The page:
Life after death

Now we have a counter for how many lives the player has, we will need to write some code to deal with what happens when a life is lost. In part one we ended the game when the player.status reached 30. In our update() function we already have a condition to check the player.status and if there are any aliens still alive. Where we have written if player.status == 30: we can write player.lives -=1. We can also check to see if the player has run out of lives when we check to see if the RETURN (aka ENTER) key is pressed.

Keep calm and carry on

Once we have reduced player.lives by one and the player has pressed the RETURN key, all we need to do to set things back in motion is to set player.status = 0. We may want to reset the laser list too, because if the player was hit by a flurry of lasers we may find that several lives are lost without giving the player a chance to get out of the way of subsequent lasers. We can do this by writing lasers = []. If the player has run out of lives at this point, we will send them off to the leader‑board page. See figure1.py to examine the code for dealing with lives.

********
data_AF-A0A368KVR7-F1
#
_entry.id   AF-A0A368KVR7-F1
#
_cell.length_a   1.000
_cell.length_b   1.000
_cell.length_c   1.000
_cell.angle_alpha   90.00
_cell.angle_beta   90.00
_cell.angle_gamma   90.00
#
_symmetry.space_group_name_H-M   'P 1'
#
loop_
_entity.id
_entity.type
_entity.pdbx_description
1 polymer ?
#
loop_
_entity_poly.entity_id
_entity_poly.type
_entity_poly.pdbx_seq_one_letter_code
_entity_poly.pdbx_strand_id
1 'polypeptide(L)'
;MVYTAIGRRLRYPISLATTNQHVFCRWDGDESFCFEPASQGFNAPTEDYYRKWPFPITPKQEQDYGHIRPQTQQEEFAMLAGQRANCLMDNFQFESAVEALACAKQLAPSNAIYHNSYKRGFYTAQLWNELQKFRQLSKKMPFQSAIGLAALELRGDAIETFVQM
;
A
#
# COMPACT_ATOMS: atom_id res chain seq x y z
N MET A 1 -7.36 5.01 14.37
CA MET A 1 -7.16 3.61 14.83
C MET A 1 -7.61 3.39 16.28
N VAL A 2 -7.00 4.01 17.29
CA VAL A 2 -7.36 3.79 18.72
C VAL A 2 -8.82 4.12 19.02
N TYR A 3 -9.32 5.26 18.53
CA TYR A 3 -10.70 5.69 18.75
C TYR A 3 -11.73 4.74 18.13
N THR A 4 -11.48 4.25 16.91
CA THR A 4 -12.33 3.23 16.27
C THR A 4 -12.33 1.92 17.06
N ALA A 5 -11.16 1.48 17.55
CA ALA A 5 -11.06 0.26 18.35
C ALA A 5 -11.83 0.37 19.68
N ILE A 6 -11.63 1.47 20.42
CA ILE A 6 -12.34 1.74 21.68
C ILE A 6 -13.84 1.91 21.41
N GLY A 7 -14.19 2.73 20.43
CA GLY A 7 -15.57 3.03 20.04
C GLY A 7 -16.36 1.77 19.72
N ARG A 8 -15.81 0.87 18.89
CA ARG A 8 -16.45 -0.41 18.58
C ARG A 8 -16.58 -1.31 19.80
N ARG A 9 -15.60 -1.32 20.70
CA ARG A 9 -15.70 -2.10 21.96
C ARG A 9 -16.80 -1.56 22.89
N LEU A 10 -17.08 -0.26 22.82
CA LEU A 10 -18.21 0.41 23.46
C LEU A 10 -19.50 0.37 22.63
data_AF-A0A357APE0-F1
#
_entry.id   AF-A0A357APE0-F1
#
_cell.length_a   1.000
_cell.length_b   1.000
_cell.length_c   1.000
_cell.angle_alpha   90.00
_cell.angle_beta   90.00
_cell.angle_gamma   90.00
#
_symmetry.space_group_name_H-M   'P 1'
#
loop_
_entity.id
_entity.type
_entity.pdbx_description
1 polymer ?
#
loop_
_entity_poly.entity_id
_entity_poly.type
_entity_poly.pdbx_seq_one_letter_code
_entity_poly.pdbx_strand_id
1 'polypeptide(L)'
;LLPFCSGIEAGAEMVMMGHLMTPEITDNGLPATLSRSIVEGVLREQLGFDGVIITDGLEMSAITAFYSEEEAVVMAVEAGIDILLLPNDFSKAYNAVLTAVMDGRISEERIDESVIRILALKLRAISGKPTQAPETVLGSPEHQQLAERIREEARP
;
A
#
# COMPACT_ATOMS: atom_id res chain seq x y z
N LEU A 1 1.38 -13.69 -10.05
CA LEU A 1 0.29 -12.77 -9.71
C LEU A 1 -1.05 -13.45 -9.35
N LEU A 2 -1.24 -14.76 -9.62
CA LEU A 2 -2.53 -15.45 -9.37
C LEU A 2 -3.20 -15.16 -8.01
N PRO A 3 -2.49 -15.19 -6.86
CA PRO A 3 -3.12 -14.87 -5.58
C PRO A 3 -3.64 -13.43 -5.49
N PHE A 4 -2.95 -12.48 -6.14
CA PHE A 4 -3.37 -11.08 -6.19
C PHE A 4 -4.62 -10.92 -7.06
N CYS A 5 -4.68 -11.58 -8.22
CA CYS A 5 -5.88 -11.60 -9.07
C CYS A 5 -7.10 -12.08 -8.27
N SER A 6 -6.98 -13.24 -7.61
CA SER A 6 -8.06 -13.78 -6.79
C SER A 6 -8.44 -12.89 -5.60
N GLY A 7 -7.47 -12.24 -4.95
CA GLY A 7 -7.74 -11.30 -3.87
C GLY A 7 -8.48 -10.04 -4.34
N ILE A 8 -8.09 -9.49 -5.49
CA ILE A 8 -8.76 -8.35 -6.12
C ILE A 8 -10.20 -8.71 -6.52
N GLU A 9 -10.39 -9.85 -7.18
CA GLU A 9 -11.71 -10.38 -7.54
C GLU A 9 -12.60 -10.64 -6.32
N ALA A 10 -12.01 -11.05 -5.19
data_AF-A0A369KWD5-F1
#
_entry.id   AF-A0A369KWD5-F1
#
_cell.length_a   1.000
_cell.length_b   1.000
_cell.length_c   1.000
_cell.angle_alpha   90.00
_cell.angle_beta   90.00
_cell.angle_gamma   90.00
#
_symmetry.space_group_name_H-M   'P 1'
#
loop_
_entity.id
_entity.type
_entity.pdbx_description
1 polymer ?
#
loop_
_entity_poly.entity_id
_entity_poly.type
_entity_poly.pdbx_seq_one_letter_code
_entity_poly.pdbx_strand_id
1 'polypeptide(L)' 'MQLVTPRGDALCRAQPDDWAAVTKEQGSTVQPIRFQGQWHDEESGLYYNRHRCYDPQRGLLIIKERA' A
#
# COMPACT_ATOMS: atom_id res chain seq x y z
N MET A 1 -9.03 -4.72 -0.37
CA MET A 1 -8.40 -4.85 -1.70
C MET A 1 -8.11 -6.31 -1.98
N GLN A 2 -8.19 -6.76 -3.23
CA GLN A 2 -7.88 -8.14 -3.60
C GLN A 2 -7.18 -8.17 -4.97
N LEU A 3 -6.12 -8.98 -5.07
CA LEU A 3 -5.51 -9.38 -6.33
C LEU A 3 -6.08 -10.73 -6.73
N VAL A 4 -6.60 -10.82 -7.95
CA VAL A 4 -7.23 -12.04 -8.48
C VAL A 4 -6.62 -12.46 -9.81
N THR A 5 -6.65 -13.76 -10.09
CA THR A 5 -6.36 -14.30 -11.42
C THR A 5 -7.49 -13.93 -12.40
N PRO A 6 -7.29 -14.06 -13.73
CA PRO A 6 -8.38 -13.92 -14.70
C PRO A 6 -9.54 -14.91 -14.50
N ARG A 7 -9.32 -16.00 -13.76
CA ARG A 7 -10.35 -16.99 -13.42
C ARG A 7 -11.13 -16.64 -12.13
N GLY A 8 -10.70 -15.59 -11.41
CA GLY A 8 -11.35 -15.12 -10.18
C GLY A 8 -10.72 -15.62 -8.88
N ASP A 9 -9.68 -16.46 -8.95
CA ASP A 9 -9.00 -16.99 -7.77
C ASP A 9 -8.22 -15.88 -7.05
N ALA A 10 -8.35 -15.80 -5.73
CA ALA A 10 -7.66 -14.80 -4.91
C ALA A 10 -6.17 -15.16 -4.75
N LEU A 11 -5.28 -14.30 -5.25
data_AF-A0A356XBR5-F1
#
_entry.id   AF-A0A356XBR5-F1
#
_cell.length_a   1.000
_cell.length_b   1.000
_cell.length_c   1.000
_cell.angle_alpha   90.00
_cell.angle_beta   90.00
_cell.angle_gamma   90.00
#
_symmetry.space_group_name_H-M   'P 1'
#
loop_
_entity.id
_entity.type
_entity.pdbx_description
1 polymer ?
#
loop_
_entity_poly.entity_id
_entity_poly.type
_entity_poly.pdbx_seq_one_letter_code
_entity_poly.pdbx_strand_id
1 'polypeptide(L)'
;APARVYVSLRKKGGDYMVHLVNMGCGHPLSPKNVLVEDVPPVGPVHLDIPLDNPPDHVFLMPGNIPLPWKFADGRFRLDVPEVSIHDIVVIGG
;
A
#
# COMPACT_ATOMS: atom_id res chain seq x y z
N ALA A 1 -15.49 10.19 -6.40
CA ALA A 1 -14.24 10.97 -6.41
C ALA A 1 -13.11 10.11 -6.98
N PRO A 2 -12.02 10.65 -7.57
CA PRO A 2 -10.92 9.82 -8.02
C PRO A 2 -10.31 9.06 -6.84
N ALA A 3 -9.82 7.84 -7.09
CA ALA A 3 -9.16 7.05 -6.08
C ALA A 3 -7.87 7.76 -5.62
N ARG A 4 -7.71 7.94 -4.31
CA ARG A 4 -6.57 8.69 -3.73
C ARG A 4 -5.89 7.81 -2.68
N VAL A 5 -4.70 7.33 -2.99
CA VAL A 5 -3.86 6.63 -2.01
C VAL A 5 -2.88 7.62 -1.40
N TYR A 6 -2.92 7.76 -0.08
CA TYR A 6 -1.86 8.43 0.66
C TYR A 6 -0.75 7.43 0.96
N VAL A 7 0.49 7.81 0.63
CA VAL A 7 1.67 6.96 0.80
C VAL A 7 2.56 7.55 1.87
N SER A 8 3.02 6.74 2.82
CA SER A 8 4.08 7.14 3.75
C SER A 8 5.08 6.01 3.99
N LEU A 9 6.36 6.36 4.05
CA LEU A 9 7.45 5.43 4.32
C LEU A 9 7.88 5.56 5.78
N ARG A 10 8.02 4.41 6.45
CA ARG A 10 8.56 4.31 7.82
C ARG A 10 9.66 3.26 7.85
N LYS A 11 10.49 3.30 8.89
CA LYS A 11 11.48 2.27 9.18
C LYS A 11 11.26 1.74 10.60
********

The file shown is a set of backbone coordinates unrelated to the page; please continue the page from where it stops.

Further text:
On the level

The idea of having levels is to start the game in an easy mode; then, when the player has shot all the aliens, we make a new level which is a bit harder than the last. In this case we are going to tweak a few variables to make each level more difficult. To start, we can set up a global variable level = 1 in our init() function. Now we can use our level variable to alter things as we increase the value. Let’s start by speeding up how quickly the aliens move down the screen as the level goes up. When we calculate the movey value in updateAliens(), we can write movey = 40 + (5*level) on the condition that moveSequence is 10 or 30.